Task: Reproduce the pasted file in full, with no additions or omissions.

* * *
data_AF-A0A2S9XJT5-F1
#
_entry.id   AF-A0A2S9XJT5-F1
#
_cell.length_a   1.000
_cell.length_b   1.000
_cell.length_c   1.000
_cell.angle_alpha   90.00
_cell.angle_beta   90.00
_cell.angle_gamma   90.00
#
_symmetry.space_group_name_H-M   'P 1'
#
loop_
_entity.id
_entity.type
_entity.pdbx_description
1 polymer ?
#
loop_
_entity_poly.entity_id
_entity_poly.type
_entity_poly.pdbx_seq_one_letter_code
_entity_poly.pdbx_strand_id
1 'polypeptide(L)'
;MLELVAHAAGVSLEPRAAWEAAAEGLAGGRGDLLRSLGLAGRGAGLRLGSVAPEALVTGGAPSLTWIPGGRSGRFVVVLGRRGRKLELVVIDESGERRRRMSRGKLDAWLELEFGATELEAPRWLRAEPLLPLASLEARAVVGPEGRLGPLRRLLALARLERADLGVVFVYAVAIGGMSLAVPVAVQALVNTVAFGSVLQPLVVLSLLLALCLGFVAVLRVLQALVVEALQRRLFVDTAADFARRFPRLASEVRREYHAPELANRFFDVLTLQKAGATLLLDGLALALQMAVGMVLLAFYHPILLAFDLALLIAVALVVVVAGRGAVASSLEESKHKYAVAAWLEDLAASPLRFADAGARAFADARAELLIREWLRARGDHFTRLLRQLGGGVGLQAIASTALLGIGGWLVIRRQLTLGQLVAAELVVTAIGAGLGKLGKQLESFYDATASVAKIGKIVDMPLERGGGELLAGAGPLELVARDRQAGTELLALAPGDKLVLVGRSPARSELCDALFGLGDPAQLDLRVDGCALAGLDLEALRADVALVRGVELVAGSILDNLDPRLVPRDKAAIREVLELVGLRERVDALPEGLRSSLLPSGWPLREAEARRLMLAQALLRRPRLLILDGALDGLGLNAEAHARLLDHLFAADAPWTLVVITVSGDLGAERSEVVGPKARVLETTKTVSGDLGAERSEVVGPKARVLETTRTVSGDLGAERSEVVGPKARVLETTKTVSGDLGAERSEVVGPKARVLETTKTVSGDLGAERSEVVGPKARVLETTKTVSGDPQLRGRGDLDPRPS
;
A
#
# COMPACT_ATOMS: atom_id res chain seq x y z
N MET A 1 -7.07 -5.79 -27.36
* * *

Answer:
data_AF-A0A2S9XJT5-F1
#
_entry.id   AF-A0A2S9XJT5-F1
#
_cell.length_a   1.000
_cell.length_b   1.000
_cell.length_c   1.000
_cell.angle_alpha   90.00
_cell.angle_beta   90.00
_cell.angle_gamma   90.00
#
_symmetry.space_group_name_H-M   'P 1'
#
loop_
_entity.id
_entity.type
_entity.pdbx_description
1 polymer ?
#
loop_
_entity_poly.entity_id
_entity_poly.type
_entity_poly.pdbx_seq_one_letter_code
_entity_poly.pdbx_strand_id
1 'polypeptide(L)'
;MLELVAHAAGVSLEPRAAWEAAAEGLAGGRGDLLRSLGLAGRGAGLRLGSVAPEALVTGGAPSLTWIPGGRSGRFVVVLGRRGRKLELVVIDESGERRRRMSRGKLDAWLELEFGATELEAPRWLRAEPLLPLASLEARAVVGPEGRLGPLRRLLALARLERADLGVVFVYAVAIGGMSLAVPVAVQALVNTVAFGSVLQPLVVLSLLLALCLGFVAVLRVLQALVVEALQRRLFVDTAADFARRFPRLASEVRREYHAPELANRFFDVLTLQKAGATLLLDGLALALQMAVGMVLLAFYHPILLAFDLALLIAVALVVVVAGRGAVASSLEESKHKYAVAAWLEDLAASPLRFADAGARAFADARAELLIREWLRARGDHFTRLLRQLGGGVGLQAIASTALLGIGGWLVIRRQLTLGQLVAAELVVTAIGAGLGKLGKQLESFYDATASVAKIGKIVDMPLERGGGELLAGAGPLELVARDRQAGTELLALAPGDKLVLVGRSPARSELCDALFGLGDPAQLDLRVDGCALAGLDLEALRADVALVRGVELVAGSILDNLDPRLVPRDKAAIREVLELVGLRERVDALPEGLRSSLLPSGWPLREAEARRLMLAQALLRRPRLLILDGALDGLGLNAEAHARLLDHLFAADAPWTLVVITVSGDLGAERSEVVGPKARVLETTKTVSGDLGAERSEVVGPKARVLETTRTVSGDLGAERSEVVGPKARVLETTKTVSGDLGAERSEVVGPKARVLETTKTVSGDLGAERSEVVGPKARVLETTKTVSGDPQLRGRGDLDPRPS
;
A
#
# COMPACT_ATOMS: atom_id res chain seq x y z
N MET A 1 -7.07 -5.79 -27.36